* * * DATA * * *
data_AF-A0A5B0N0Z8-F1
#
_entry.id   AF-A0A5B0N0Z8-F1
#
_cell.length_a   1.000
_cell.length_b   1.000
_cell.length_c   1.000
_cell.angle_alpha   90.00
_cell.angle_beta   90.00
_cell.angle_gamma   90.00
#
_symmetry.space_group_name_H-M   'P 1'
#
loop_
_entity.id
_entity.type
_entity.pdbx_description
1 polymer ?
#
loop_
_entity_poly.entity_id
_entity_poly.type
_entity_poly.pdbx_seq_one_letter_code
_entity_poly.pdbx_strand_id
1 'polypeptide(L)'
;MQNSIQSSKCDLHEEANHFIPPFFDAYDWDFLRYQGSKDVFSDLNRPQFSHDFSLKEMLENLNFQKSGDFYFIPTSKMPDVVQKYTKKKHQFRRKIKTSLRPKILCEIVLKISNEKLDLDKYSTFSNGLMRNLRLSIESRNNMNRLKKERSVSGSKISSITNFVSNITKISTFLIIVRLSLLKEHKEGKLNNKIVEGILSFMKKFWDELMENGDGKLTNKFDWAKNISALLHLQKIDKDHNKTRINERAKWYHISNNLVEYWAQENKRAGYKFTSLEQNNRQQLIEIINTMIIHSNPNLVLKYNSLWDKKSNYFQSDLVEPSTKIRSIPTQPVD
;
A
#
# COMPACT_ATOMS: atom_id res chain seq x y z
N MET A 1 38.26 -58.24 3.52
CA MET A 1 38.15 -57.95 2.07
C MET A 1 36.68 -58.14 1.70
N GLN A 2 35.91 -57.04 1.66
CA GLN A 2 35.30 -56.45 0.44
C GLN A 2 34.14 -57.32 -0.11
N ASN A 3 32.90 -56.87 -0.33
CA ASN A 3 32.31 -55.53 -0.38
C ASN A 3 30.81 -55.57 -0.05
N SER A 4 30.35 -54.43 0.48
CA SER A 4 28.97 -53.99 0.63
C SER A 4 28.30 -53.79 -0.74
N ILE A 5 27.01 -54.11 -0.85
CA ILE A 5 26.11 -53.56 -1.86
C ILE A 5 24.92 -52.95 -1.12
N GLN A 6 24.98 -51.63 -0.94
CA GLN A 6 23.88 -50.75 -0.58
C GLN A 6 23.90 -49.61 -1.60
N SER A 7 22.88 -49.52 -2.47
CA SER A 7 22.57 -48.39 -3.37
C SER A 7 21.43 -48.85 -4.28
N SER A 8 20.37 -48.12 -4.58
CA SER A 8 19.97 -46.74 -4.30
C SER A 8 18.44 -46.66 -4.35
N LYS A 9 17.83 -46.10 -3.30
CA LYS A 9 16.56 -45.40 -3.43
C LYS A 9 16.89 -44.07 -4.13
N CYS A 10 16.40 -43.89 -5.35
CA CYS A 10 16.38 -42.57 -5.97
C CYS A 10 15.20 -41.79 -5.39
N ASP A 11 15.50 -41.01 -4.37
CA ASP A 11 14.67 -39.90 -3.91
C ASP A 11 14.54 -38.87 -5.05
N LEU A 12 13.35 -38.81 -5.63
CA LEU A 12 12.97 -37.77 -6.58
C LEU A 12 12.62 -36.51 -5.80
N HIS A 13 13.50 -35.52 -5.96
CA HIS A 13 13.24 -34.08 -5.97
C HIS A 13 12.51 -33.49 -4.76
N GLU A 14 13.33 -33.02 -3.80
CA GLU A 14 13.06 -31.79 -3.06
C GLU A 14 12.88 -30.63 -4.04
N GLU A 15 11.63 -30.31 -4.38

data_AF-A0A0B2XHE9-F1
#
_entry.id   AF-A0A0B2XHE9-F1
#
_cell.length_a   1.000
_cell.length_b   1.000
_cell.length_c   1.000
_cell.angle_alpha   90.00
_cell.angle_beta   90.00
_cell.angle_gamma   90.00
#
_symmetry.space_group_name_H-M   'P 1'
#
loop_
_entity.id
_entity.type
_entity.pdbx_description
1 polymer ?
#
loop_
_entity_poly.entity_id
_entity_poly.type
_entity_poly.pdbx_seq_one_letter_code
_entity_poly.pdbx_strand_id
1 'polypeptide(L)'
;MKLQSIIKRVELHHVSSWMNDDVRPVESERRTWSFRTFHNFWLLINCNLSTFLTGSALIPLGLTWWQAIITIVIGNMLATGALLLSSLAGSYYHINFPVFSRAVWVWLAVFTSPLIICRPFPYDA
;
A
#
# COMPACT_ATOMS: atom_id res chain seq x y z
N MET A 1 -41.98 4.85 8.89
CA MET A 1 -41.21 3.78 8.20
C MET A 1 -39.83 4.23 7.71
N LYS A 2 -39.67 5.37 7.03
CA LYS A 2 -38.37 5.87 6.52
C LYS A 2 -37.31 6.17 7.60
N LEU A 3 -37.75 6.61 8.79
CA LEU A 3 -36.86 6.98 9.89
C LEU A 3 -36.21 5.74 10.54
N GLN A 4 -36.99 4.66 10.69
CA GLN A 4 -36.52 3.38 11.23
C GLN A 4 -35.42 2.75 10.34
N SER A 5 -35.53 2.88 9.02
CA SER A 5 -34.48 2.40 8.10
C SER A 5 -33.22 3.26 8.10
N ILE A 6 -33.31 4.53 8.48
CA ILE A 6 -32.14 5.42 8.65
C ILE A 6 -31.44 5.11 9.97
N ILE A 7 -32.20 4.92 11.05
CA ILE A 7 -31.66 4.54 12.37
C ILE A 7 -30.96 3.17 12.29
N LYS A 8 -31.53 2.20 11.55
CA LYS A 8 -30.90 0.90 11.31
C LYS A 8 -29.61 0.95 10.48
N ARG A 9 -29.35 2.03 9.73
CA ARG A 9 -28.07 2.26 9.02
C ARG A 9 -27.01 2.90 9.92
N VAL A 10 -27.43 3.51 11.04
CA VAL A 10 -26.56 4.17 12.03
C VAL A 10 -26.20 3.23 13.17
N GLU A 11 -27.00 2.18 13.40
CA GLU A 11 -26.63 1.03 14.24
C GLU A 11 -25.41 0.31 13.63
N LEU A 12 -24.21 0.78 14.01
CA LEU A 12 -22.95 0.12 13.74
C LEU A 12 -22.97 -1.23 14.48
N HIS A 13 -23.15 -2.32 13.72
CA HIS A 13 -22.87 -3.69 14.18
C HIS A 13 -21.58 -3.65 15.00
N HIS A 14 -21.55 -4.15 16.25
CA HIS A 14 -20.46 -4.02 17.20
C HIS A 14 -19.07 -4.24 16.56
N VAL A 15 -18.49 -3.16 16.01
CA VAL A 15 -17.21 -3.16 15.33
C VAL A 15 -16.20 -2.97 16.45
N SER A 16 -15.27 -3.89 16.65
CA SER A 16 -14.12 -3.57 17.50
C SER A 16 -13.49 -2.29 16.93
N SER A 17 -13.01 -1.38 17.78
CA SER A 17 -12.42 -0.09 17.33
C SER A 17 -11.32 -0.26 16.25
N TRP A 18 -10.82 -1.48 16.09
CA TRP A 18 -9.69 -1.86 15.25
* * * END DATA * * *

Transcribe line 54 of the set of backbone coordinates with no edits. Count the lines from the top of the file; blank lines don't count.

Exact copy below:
C SER A 8 18.44 -46.66 -4.35